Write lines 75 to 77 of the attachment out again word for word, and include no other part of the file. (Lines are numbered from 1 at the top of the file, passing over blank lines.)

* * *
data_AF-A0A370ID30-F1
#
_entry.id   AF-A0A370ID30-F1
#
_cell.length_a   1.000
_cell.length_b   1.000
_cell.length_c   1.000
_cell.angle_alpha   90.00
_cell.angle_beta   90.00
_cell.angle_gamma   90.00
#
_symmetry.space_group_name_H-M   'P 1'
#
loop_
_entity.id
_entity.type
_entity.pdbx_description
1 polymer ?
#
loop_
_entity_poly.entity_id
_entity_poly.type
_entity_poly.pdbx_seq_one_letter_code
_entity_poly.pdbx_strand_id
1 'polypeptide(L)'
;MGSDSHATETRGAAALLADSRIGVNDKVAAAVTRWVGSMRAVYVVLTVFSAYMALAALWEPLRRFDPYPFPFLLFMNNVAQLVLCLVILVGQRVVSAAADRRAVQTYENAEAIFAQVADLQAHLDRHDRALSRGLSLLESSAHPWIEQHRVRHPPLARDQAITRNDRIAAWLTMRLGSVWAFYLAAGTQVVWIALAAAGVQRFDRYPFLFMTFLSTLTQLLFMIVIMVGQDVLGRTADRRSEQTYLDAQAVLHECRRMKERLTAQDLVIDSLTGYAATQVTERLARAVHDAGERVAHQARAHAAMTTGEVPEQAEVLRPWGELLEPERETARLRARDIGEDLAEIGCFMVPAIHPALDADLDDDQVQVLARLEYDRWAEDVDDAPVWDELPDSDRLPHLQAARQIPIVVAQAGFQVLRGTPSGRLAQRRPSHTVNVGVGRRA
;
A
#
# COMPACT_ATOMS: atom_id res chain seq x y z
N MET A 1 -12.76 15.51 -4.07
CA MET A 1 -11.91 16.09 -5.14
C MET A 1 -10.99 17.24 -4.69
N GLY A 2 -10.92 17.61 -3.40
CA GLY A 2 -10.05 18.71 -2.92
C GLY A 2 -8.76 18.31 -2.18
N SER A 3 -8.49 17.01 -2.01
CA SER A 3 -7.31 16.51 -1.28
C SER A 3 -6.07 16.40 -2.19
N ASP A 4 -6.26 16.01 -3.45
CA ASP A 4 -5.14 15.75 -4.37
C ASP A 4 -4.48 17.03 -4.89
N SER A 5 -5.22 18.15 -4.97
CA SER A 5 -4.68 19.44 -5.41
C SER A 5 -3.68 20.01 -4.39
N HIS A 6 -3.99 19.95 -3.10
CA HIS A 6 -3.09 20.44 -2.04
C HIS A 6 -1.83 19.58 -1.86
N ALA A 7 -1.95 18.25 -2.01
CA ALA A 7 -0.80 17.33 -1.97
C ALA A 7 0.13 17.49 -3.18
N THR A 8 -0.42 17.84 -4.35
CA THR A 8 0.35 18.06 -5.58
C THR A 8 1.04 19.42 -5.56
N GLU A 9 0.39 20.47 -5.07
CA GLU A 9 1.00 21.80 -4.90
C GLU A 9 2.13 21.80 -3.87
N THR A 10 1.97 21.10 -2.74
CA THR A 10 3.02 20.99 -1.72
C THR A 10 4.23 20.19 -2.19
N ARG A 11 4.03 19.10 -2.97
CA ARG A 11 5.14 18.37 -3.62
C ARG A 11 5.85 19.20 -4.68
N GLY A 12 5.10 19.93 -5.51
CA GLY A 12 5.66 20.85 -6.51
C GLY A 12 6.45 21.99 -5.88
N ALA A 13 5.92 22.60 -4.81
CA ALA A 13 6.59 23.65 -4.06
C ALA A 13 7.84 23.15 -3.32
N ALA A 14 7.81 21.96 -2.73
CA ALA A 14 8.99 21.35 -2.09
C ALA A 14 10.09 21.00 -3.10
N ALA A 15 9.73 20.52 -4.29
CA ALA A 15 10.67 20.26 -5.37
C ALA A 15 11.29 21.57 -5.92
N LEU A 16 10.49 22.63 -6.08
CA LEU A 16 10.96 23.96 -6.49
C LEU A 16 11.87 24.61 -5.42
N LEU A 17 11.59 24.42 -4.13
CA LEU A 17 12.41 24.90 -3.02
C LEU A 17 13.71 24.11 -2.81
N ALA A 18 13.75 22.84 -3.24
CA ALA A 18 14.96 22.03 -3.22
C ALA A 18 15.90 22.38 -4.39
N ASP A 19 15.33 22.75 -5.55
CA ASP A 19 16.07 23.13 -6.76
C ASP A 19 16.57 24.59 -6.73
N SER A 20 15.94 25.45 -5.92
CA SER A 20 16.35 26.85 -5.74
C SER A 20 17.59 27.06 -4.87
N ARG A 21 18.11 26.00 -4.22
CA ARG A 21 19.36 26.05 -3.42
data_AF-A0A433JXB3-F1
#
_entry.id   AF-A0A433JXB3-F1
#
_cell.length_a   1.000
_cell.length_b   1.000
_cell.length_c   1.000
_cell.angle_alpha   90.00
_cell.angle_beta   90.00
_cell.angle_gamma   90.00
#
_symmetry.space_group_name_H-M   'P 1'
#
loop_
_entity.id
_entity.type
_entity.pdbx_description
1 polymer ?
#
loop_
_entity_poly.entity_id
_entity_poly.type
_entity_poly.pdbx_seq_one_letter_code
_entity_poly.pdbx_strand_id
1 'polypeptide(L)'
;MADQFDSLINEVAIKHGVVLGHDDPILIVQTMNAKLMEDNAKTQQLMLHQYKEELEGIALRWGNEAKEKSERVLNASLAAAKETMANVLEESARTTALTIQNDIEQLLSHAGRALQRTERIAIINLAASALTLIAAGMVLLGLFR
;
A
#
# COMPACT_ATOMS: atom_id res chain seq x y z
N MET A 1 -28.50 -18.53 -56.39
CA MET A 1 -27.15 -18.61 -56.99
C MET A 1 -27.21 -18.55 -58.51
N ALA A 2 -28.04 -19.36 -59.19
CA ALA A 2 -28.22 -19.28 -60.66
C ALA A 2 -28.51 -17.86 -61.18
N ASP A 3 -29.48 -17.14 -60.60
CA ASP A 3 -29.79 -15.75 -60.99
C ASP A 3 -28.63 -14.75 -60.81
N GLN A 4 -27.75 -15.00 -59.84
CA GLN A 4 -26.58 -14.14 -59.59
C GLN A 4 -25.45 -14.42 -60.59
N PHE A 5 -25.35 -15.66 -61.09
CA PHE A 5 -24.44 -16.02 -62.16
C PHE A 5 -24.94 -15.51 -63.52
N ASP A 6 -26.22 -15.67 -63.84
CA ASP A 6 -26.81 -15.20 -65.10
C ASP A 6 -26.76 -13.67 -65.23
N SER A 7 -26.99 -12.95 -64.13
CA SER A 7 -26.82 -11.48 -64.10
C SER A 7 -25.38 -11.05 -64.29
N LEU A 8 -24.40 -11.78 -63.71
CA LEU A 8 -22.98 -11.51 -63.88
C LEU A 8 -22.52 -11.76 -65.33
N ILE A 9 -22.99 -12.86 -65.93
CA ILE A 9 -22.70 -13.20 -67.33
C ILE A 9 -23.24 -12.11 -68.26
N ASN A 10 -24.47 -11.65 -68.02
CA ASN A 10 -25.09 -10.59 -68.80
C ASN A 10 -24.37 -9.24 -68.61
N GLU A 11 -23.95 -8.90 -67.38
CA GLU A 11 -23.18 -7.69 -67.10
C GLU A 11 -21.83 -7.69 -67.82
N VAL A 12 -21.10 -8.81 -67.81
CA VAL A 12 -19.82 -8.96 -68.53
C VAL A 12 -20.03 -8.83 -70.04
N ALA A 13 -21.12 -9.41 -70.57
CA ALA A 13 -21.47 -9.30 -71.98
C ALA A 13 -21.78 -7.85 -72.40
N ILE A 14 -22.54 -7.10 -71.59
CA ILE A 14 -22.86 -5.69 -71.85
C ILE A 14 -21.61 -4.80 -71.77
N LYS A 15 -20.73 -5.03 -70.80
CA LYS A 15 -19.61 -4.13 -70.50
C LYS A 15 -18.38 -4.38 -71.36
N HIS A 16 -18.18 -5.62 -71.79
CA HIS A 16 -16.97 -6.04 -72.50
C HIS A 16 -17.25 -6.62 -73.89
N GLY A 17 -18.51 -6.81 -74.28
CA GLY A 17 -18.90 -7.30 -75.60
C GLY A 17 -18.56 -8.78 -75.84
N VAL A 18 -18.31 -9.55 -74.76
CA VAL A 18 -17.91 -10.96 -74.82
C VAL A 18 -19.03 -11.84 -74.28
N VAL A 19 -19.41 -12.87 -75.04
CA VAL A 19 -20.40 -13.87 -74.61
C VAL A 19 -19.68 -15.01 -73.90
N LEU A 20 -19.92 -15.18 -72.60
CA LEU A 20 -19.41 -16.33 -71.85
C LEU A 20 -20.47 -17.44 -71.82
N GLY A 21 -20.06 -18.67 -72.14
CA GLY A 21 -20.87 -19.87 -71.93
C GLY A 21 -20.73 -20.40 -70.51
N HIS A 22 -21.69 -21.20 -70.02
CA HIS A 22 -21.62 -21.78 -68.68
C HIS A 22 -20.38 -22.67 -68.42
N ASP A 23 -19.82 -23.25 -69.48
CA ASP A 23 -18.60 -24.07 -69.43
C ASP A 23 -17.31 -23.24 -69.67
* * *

C ALA A 15 11.29 21.57 -5.92
N LEU A 16 10.49 22.63 -6.08
CA LEU A 16 10.96 23.96 -6.49